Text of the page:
Matching Dividend Payments with Expenses

I have a friend whose dad, let’s call him Xenophilius (yes I’m friends with Luna Lovegood *eye roll*), is retiring next year. And in talking to my friend, the topic of retirement strategies came up. And the idea of matching dividend payments to cover monthly expenses popped into my head. Xenophilius immigrated here from another country. Most immigrants in my culture are unaware of how retirement works in the US. In Asia, there isn’t a 401(k) or Roth IRA in which they can invest. So as such, Xenophilius does not have a fully funded retirement account for him next year. Although he does have some money saved, but it wouldn’t be sufficient for 20+ years.

Given that his retirement is next year, this means that IRA’s are not the solution. IRAs require that the account be held for at least 5 years before withdrawing. Otherwise the IRS will crack down with a penalty charged.

There are only a few solutions in this case. Open up a brokerage account and start investing in low-risk liquid securities with income streams. Or find a high-yield savings account and start saving up there. Lastly, he could find a post-retirement job to supplement the current savings.

I toyed around the idea of having him invest in dividend paying stocks to provide a stream of income that will match his monthly expenses. Let’s pretend that his expenses are low and he manages to retire in a low cost-of-living city. His monthly expenses are $1,000. So he needs $1,000 in liquid cash every month to survive.

How can we use stocks dividend payments to match his $1,000 monthly expenses?

I have mentioned before the monthly dividend paying Realty Income (O) stock. Over the last 5 years, O has paid between $0.182 and $0.221 every month just for holding 1 share of stock. To play it safe, let’s assume that O pays $0.18 per month in dividends.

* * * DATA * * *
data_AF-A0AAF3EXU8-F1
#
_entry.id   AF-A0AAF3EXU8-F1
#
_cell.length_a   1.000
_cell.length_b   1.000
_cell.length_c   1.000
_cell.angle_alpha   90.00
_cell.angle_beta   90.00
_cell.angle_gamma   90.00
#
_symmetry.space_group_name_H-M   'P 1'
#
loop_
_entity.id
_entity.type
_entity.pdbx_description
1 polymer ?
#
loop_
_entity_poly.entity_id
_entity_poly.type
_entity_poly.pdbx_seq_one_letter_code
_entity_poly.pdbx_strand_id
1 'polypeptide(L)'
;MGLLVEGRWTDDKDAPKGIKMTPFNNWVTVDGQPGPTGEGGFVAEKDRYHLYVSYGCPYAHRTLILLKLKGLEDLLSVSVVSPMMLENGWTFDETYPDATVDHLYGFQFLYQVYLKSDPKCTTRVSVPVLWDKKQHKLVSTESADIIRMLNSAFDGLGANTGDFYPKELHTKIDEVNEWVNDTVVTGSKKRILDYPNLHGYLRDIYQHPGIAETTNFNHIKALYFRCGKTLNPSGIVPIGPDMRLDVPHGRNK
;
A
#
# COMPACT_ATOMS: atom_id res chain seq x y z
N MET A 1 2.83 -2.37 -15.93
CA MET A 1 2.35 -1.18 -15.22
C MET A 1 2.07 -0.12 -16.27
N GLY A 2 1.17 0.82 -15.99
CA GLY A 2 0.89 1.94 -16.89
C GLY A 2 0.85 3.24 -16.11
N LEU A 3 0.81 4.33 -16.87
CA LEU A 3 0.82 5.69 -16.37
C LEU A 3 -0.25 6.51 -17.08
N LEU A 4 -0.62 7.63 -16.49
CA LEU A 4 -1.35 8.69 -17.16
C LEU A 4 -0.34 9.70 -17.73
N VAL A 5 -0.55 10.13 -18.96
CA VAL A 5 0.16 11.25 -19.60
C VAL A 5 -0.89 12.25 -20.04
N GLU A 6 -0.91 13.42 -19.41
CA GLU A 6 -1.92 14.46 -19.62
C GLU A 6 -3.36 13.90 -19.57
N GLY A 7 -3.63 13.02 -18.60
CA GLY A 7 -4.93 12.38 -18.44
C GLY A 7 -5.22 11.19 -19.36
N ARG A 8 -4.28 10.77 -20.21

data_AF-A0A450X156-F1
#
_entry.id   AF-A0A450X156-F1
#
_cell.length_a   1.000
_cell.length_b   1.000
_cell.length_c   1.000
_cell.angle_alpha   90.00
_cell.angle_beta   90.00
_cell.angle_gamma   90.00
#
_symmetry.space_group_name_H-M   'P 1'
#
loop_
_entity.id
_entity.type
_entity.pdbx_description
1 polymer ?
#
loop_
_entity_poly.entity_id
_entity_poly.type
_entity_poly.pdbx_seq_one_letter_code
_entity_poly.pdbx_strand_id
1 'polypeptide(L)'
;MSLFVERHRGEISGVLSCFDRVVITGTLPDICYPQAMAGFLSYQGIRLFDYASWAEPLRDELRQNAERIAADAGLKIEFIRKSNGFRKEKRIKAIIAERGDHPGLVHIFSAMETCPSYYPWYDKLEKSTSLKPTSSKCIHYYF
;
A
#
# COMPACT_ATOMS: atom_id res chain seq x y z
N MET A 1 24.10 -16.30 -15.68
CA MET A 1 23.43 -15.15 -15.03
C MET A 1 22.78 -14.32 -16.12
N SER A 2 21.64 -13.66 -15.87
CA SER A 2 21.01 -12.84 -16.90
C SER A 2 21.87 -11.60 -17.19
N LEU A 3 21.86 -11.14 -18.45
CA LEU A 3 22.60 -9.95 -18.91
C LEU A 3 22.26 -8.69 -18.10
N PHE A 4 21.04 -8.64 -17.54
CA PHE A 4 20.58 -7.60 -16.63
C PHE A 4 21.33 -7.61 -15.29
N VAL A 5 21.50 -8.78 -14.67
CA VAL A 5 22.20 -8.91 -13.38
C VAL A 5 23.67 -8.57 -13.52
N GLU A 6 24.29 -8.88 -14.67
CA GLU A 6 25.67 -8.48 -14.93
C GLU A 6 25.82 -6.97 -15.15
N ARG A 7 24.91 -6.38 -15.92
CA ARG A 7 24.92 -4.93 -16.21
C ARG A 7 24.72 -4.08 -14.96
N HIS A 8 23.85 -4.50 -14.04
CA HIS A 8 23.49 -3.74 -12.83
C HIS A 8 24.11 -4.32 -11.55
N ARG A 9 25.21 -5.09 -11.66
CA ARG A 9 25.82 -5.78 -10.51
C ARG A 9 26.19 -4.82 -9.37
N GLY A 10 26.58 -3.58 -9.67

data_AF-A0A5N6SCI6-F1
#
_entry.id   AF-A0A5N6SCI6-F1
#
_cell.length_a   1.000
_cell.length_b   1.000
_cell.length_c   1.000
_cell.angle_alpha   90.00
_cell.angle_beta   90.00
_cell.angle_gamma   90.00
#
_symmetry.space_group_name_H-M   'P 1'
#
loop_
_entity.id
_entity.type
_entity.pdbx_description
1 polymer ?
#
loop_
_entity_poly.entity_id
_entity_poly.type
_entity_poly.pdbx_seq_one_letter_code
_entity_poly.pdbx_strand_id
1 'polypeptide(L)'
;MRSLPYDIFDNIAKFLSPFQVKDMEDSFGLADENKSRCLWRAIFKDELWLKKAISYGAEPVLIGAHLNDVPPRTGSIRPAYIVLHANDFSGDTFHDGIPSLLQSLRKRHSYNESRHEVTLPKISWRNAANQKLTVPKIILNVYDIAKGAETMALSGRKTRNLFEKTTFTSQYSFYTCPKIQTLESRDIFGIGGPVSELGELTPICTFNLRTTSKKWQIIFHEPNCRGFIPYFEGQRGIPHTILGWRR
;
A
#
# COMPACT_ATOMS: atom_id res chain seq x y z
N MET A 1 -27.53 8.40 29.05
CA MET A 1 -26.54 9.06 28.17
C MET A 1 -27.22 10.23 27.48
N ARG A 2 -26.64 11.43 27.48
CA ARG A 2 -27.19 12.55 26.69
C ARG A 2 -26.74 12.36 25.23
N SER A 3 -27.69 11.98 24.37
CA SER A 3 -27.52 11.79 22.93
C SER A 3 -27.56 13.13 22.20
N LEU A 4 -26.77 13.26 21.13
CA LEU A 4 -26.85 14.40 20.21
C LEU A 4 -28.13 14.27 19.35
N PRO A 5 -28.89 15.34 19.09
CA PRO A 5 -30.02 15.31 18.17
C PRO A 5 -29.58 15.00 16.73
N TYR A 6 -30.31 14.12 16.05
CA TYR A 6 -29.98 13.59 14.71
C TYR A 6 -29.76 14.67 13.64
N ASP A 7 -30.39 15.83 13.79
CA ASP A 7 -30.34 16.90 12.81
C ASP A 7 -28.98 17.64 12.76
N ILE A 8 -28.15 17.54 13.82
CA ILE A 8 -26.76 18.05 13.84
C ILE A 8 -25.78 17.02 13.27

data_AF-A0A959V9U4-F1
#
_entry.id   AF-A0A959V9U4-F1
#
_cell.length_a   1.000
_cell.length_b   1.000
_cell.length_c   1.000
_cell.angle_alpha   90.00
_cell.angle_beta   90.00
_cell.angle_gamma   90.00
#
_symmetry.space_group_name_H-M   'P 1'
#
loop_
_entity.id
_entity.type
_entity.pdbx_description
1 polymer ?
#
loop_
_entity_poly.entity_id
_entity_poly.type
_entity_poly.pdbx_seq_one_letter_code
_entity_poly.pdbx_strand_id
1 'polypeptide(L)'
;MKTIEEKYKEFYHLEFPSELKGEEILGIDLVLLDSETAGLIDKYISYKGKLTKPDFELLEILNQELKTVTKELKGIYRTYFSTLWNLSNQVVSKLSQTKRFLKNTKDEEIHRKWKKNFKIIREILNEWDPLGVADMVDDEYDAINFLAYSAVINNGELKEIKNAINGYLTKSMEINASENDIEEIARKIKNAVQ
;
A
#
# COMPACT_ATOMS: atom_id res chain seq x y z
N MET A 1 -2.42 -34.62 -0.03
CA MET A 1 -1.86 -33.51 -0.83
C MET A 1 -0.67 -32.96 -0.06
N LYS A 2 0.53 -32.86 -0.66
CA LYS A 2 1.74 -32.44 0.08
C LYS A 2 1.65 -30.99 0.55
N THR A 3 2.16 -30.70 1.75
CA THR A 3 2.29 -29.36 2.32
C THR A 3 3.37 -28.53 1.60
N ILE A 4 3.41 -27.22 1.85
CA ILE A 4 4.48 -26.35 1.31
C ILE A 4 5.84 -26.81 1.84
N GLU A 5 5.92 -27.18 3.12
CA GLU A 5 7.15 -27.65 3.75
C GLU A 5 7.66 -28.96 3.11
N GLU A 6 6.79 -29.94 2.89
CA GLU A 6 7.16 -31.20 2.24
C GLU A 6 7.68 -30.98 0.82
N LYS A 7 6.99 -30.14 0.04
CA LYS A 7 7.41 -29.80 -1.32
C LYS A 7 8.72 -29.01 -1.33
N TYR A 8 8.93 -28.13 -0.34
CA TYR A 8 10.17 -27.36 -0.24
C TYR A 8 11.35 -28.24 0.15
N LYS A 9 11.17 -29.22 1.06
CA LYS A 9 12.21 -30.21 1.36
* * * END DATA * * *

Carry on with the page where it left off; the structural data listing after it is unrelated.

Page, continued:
• Company: Realty Income Corporation
  • Ticker: O
  • Date: 12/3/2018
  • Last Price: $64.45
  • Dividend Yield: 4.11% per year
  • Dividend per share: $0.221

In order for Xenophilius to have his expenses covered every month, he would have to purchase 5,555 shares of O. Today, December 3, 2018, O closed at a price of $64.45. That means Xenophilius would have to purchase $358,019.80 worth of O shares in order for this to work.

The Flaws of Dividend Payments

I decided this was not practical. Nope, not at all. Not to mention there would be tax implications. Realty Income is a REIT so the dividend payments are treated as ordinary income rather than qualified dividends. If they were qualified dividends then he’d basically pay no taxes (until he starts making more than $38,600 per year in dividend income). Because this will be taxed as ordinary income, Xenophilius would have to buy even more shares of O (6200 shares in total, or nearly $400,000 worth of shares) in order to offset the losses in taxes. Since he would be earning $12,000 a year, he would be put in the 12% tax bracket. Ordinary income up to $9,700 is taxed at 10% and the other $2,300 is taxed at 12%.

This means, in calculation, he would owe $1,246 in taxes the following year from his $1000 per month dividend income. Because taxes take a chunk out of that dividend, that means he has to earn MORE in dividend income to offset it. If he wants to have $1,000 per month after taxes, then he would be to be earning close to $1,115.86 per month in dividend income. This is assuming that we’ve calculated his effective tax rate (average tax rate) correctly which was approximately 10.38%.

Taxes aren’t the only problem either. Putting $400,000 into one asset, even if he had that amount of capital, is inherently risky for a retiree.

Ultimately the most practical solution at this point is to start building a nest egg in a high-yield savings account. Perhaps in the future we can revisit a strategy to match monthly expenses with a CD ladder or a money market account paying out interest payments.

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